1. How exactly it is different from Andrew NG's course, other than Octave/Matlab vs Python? As someone who is new to ML and wants an introduction, I am now confused which course I should do.
2. What are the math prerequisites? Do you also cover them in the course or is there any list materials available to prep?
Sometimes I'll assume some understanding of basic linear algebra or probability distributions when explaining why something works. Particularly for the naive Bayes section.
The first half of the course assumes only high school math. If you get to a bit where I mention some math you're less confident of, just search for that term on Khan Academy for a lesson. Or just skip that explanation in the course - it won't stop you from being able to apply the concepts even if you don't always follow the math.
After completing this course (in addition to Andrew Ng's), will I be able to implement state-of-the-art models for real-world problems, where "just ML" (as opposed to Deep Learning) can be used? In other words, would I be competent enough for an entry-level ML engineer position?
Also, the machine learning course was originally the initial introduction for a masters program, so it is a little less intensive and fast moving. But it also assumes a little more math background in parts, since everyone in the program already was pretty familiar with linear algebra, probability, and statistics.
In the end, the two courses go together pretty well, so I don't think it matters too much what order you do them in.
Do you think DL techniques are going to better than traditional techniques for tabular data in the future?
This is in reference to your article: http://www.fast.ai/2018/04/29/categorical-embeddings/ and lessons 3 and 4 from the DL course.
Although decision tree approaches maybe will continue to be faster to train in many cases. At the moment, it really helps to be familiar with both approaches.
Thanks for making this available.
On Udemy, there's a particular course-author I like a great deal (Anthony Alicea iirc) who made a huge difference when I was first learning nodejs & angularjs. Unfortunately, it looks like he only gets to work on these courses here and there - the final project of the Nodejs course has been in-progress for years now at this point.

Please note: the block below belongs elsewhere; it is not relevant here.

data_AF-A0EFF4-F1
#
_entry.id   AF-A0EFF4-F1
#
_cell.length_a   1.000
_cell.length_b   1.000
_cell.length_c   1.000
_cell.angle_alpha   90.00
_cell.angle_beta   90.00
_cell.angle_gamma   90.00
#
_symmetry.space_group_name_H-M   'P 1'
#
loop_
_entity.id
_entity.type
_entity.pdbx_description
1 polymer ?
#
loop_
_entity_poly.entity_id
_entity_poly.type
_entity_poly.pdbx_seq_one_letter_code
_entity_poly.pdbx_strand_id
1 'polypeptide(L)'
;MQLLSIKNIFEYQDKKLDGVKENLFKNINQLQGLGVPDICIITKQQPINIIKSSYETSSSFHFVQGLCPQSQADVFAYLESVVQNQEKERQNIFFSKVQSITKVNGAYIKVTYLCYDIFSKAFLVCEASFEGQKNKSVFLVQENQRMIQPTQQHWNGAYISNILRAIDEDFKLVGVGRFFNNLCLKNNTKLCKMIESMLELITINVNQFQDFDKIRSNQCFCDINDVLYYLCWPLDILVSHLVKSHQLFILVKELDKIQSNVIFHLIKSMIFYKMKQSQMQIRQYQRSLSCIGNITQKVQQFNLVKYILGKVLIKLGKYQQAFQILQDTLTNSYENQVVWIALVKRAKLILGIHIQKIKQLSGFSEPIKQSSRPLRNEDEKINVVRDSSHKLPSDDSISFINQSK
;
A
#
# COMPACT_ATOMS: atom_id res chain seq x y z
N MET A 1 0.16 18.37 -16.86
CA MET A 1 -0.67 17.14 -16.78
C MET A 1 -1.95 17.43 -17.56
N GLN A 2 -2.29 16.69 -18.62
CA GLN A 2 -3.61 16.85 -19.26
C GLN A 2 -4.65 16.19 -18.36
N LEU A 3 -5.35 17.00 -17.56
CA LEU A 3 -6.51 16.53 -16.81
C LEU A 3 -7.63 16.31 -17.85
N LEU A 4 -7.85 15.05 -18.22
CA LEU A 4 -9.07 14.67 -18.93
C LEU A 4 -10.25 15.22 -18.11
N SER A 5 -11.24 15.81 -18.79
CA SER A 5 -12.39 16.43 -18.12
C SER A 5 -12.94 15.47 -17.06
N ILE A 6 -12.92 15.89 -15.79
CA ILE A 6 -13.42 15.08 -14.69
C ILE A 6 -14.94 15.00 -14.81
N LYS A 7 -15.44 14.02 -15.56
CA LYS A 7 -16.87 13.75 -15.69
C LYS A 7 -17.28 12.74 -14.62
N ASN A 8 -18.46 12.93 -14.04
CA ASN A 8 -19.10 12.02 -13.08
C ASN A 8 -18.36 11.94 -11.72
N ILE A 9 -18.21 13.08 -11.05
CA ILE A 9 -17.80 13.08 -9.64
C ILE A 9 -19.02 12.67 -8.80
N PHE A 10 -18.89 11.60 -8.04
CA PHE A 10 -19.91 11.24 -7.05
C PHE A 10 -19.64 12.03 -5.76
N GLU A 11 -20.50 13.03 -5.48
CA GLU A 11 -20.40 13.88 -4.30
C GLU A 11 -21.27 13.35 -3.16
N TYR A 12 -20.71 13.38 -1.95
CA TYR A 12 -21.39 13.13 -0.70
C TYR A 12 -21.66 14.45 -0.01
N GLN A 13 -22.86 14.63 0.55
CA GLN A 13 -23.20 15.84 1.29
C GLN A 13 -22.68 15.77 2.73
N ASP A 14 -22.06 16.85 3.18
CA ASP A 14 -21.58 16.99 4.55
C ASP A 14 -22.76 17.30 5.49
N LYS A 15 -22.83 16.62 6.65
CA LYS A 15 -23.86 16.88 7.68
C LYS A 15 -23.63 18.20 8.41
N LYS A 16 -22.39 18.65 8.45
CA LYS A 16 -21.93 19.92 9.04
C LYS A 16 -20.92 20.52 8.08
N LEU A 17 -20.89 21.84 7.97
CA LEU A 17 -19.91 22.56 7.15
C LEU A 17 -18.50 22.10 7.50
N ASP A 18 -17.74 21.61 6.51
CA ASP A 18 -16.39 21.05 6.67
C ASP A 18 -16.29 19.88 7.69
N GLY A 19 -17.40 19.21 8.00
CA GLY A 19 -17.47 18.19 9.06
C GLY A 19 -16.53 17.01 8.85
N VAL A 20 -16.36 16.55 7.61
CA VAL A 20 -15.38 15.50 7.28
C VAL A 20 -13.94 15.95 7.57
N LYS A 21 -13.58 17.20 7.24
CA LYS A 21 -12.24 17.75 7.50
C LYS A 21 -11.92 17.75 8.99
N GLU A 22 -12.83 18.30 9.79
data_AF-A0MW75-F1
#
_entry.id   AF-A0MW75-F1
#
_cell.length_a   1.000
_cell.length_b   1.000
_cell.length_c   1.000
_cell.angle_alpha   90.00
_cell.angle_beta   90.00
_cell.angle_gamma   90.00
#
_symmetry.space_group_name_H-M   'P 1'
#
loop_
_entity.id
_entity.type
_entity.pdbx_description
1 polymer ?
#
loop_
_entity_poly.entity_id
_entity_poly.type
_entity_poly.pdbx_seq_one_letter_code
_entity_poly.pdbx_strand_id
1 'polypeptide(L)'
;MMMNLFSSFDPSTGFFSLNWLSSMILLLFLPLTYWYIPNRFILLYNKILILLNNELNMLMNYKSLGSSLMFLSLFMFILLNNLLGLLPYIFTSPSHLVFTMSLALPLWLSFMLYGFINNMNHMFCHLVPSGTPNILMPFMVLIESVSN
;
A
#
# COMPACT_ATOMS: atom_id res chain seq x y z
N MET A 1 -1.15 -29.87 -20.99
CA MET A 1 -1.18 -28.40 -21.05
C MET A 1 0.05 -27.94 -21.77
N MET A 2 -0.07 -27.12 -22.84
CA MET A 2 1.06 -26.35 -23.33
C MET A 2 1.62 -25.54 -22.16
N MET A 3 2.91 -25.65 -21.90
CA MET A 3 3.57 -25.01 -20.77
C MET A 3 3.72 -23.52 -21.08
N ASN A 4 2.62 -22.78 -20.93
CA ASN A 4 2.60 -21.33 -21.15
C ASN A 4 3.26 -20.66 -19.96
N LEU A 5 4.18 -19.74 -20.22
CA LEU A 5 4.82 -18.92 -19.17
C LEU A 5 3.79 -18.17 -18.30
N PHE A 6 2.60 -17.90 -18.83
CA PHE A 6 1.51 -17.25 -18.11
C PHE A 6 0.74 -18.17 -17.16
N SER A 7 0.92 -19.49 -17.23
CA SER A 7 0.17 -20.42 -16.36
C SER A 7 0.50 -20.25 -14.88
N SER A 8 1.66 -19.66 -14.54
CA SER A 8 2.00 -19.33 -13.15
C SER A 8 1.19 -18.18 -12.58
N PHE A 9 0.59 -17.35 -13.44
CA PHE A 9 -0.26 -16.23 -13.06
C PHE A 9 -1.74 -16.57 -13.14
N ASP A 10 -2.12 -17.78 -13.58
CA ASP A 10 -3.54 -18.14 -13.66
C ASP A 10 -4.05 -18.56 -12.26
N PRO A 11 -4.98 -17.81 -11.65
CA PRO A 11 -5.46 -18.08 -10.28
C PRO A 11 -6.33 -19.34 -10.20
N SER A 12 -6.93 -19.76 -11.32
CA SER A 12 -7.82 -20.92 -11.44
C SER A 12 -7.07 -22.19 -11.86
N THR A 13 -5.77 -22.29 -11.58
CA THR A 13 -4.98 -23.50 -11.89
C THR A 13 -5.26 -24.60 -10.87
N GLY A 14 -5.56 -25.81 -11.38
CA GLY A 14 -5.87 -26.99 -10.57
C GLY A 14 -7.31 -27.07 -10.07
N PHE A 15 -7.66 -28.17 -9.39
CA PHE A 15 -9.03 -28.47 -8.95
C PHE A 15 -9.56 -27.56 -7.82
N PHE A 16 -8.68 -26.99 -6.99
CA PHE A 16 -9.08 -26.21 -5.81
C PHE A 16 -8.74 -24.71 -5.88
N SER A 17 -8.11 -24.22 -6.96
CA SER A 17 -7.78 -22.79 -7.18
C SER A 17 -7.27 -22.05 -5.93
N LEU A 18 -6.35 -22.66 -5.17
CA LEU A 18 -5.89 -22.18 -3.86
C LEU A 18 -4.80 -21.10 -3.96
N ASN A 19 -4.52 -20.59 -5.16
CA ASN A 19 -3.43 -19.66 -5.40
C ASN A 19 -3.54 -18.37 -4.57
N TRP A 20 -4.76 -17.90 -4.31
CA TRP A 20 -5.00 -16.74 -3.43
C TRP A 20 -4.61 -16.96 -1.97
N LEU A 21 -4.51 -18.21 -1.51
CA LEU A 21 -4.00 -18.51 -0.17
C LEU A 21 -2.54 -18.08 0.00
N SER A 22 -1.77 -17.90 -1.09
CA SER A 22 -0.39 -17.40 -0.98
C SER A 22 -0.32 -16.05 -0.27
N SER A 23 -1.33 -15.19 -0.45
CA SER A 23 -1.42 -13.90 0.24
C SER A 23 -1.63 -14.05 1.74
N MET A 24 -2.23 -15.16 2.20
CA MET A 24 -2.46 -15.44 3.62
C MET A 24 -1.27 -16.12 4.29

I can't help but wish that he was able to make more money from these courses so that he would be motivated to develop another 2-3 of them. As-is, it seems like a lot of good teachers end up teaching on a part time basis only (there are some youtube tutorial creators I have in mind here too)
The course I am working on has been in development for over a year.
Quick query - both lessons 1 and 7 are titled “Introduction to Random Forests”, is that intentional?
(In fact, we have a major software release coming up next week - and then nothing planned until well in to 2019.)
With that said, I'm so excited to learn from your new course, and can't wait to start.
There is some truth to Octave having a faster turnaround than Python, if you're new to programming. I feel like with Deep Learning you really have to bite the bullet, but his courses are just fine with Octave/Matlab - with respect to getting an intuitive feel for the algorithms.
Slightly OT question: At some point after DL1 pt 2 was released and before DL2 pt 1 was released, I recall you saying it was probably better to wait on starting the DL series since the new DL series (at the time) was going to be completely revamped with just PyTorch.
Would you say something similar about what I presume to be DL3 pt 1 coming out soon-ish? If so, when would you say that threshold is (i.e. if you start before this date, do DL2 pt 1, if you start after, wait for DL3 pt 1 to come out).
Hopefully that made sense.
Shouldn't we start we something like linear regression?
Decision trees are much easier to use correctly, and can be easily implemented from scratch without relying on any external libraries (as we do in a later lesson).
I actually wrote most of the machine learning content at Dataquest (where I work) and I started with k-nearest neighbors because it's way more approachable (https://www.dataquest.io/course/machine-learning-fundamental...). Little math, very visual, easy to program, etc. I used this easier-to-approach algorithm to teach the key other ideas in ML (test/train, cross validation, error metrics, etc).
Happy to chat more about different pedagogical approaches to teach machine learning!
That's a great idea. It's actually what I did in an earlier version of the USF course. It worked great. Especially because a decision tree is basically just KNN with a different distance measure (loosely defined) so it can flow well
However it turned out that jumping straight to decision trees worked out well too, so I'm happy with the change.
There is no need to know gradient descent to learn OLS. All you need to be able to is take derivatives (and "matrix" derivatives)